Can Fallen Angel Bonds Continue to Perform amid Uncertainties?


May. 18 2017, Published 11:16 a.m. ET


Fallen angel high yield bonds were up 4.8% year to date through April 30, outperforming the broader high yield bond market which rose 3.9%.[1.Source of all data unless otherwise noted: FactSet. Data as of March 31, 2017. Fallen angels are high yield corporate bonds that are originally issued with investment grade credit ratings, and are represented by the BofA Merrill Lynch US Fallen Angel High Yield Index (H0FA Index). The broad high yield bond market is represented by BofA Merrill Lynch US High Yield Index (H0A0 Index).] (This follows 2016’s strong performance which we wrote about in Fallen Angels Close 2016 on Cloud Nine.) Optimism over potential tax reform has helped spreads tighten recently, and they may have room to narrow further should some of the Trump administration’s reform efforts play out.

There is, however, uncertainty surrounding the administration’s ability to get its tax reform proposal passed, and geopolitical events could stir up broad market volatility.

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Fallen angel bond performance

Fallen angel high yield bonds (ANGL) have beaten US investment-grade bonds (AGG), US high-yield bonds (HYG), emerging market bonds (EMB), international corporate bonds (IHY), and gold (GLD) in their one-, three-, and five-year annualized total returns.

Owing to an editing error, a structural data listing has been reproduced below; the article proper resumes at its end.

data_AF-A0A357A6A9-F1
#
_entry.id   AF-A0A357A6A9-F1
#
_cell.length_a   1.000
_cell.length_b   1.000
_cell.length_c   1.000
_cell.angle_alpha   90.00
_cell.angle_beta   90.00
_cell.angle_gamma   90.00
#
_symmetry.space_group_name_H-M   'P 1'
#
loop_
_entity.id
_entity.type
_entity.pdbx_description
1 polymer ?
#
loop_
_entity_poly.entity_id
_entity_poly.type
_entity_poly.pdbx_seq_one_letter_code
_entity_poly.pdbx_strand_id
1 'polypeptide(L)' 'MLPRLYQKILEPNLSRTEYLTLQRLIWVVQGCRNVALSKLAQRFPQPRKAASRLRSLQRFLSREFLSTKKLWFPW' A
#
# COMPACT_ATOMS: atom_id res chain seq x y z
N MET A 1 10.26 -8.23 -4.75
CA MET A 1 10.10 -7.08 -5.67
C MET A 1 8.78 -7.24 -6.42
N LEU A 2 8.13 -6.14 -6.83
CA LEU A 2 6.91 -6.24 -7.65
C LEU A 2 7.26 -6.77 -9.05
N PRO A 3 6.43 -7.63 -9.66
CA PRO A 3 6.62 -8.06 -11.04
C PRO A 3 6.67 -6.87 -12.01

The safer US treasury bonds (TLT), municipal bonds (MUB), international treasury bonds (BWX), and gold have generated negative one-year annualized returns, as you can see in the price movement chart.

Even though the economic policy uncertainty index for the US has dipped 19% since the election results in November 2016, we’ve already witnessed resistance to President Trump’s policies in response to the GOP’s new health care bill.

Geopolitical tensions

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Though markets have been calm so far, 2017 has been rife with potential ingredients and volatility. The stakes rest on Trump’s foreign policies, which are American-centric. He has also continuously talked about trade embargoes, especially with China (FXI) (MCHI), Mexico (EWW), and the European Union.

In the remainder of 2017, we’ll also see a series of elections in the Eurozone, China, Russia, and Argentina. And any kind of friction with North Korea will be tied up in the US relationship with China as well.

Meanwhile, North Korea is on the verge of beefing up its intercontinental ballistic missile capability, which is stirring up concerns in the US. Concerns also loom on the oil export-dependent Middle East over US shale production versus that of OPEC (Organization of the Petroleum Exporting Countries). Cyberattacks are becoming a global hot-button issue as well, while tension continues to brew between Pakistan and India.

The tightening credit spread

However, Trump has promised to cut corporate and personal taxes, and a tax on the repatriation of profits has the potential of tightening the credit spreads. You can see in the chart above how credit spreads have already dipped since November 2016—purely in anticipation.


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